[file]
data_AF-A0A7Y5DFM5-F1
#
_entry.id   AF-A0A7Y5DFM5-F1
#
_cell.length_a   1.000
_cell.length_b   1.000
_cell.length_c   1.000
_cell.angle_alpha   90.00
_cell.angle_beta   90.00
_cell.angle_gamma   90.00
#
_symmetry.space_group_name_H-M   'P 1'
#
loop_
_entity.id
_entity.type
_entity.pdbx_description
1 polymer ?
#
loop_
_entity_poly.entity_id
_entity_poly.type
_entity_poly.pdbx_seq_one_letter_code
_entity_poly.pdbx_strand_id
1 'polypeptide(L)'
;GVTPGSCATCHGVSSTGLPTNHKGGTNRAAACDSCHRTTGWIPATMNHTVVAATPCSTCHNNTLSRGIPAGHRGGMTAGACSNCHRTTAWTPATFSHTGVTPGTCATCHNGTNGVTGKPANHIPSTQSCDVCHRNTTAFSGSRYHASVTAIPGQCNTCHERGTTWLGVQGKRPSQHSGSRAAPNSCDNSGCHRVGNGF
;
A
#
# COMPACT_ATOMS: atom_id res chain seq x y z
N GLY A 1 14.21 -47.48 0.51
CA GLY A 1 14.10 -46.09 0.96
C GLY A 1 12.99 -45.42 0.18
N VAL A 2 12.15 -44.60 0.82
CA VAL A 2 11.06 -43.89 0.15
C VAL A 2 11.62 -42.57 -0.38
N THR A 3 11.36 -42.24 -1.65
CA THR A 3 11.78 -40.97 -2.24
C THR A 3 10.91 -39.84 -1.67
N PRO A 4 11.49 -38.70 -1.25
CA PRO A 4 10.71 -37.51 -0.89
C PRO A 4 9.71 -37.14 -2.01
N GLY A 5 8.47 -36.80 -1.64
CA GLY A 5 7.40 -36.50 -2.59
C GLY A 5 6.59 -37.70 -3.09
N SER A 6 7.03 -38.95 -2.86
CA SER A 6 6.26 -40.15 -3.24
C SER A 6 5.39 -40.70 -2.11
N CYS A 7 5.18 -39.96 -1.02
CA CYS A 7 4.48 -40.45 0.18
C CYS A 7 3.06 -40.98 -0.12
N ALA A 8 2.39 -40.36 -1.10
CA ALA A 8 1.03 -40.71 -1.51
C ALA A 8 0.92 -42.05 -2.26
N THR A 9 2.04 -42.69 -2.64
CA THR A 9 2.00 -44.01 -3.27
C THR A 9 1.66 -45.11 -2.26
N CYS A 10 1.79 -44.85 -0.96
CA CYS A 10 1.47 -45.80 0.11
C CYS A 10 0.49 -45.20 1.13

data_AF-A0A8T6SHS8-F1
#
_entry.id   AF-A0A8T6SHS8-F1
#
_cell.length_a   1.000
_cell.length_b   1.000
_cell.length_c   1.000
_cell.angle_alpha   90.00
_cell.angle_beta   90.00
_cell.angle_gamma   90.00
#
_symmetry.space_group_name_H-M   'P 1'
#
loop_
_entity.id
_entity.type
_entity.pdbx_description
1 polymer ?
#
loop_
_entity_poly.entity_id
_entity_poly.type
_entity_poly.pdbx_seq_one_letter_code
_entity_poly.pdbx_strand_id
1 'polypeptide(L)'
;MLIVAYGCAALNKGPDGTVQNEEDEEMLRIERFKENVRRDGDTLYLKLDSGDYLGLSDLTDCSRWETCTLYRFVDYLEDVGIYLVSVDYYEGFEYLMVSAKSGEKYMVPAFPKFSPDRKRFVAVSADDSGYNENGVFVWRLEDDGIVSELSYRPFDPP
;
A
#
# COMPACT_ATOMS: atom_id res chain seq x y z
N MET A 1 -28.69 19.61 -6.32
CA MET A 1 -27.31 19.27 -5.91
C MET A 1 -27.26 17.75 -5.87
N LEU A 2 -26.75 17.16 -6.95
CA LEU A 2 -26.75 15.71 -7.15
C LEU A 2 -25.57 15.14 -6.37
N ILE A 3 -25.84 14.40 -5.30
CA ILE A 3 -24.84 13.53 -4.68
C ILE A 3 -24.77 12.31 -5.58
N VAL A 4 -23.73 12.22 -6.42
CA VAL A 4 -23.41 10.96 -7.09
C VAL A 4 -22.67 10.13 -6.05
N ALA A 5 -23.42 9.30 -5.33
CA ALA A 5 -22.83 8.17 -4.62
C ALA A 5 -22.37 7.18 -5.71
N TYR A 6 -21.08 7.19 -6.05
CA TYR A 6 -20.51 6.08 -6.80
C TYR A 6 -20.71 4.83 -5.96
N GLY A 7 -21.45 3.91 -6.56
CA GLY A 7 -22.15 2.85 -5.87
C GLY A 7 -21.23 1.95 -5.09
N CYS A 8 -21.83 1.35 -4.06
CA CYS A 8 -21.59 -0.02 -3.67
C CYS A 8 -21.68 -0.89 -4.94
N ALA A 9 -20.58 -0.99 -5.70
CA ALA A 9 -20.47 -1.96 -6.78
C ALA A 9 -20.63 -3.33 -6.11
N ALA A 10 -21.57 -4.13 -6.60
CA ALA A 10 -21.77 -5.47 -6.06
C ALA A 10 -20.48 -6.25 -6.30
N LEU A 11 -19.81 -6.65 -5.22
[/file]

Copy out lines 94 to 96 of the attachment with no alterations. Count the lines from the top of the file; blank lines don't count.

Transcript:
N LEU A 2 -26.75 17.16 -6.95
CA LEU A 2 -26.75 15.71 -7.15
C LEU A 2 -25.57 15.14 -6.37